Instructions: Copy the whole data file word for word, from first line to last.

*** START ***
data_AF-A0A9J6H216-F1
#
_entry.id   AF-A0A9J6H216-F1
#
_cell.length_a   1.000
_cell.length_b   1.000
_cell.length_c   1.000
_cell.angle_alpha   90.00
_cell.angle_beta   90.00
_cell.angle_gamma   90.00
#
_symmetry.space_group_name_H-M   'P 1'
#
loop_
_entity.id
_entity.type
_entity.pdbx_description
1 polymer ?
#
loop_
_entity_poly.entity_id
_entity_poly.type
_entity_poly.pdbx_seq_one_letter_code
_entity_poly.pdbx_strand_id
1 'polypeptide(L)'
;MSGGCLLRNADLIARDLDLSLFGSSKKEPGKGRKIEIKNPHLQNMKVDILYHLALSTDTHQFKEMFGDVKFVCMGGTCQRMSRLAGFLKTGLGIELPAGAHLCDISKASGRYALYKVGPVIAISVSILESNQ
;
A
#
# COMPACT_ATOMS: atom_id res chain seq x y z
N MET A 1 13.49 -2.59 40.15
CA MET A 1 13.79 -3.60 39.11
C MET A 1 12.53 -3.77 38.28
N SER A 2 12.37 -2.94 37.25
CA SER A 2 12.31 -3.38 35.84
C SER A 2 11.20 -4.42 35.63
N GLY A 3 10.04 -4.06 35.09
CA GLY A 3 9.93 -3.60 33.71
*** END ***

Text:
data_AF-A0A9J6H216-F1
#
_entry.id   AF-A0A9J6H216-F1
#
_cell.length_a   1.000
_cell.length_b   1.000
_cell.length_c   1.000
_cell.angle_alpha   90.00
_cell.angle_beta   90.00
_cell.angle_gamma   90.00
#
_symmetry.space_group_name_H-M   'P 1'
#
loop_
_entity.id
_entity.type
_entity.pdbx_description
1 polymer ?
#
loop_
_entity_poly.entity_id
_entity_poly.type
_entity_poly.pdbx_seq_one_letter_code
_entity_poly.pdbx_strand_id
1 'polypeptide(L)'
;MSGGCLLRNADLIARDLDLSLFGSSKKEPGKGRKIEIKNPHLQNMKVDILYHLALSTDTHQFKEMFGDVKFVCMGGTCQRMSRLAGFLKTGLGIELPAGAHLCDISKASGRYALYKVGPVIAISVSILESNQ
;
A
#
# COMPACT_ATOMS: atom_id res chain seq x y z
N MET A 1 13.49 -2.59 40.15
CA MET A 1 13.79 -3.60 39.11
C MET A 1 12.53 -3.77 38.28
N SER A 2 12.37 -2.94 37.25
CA SER A 2 12.31 -3.38 35.84
C SER A 2 11.20 -4.42 35.63
N GLY A 3 10.04 -4.06 35.09
CA GLY A 3 9.93 -3.60 33.71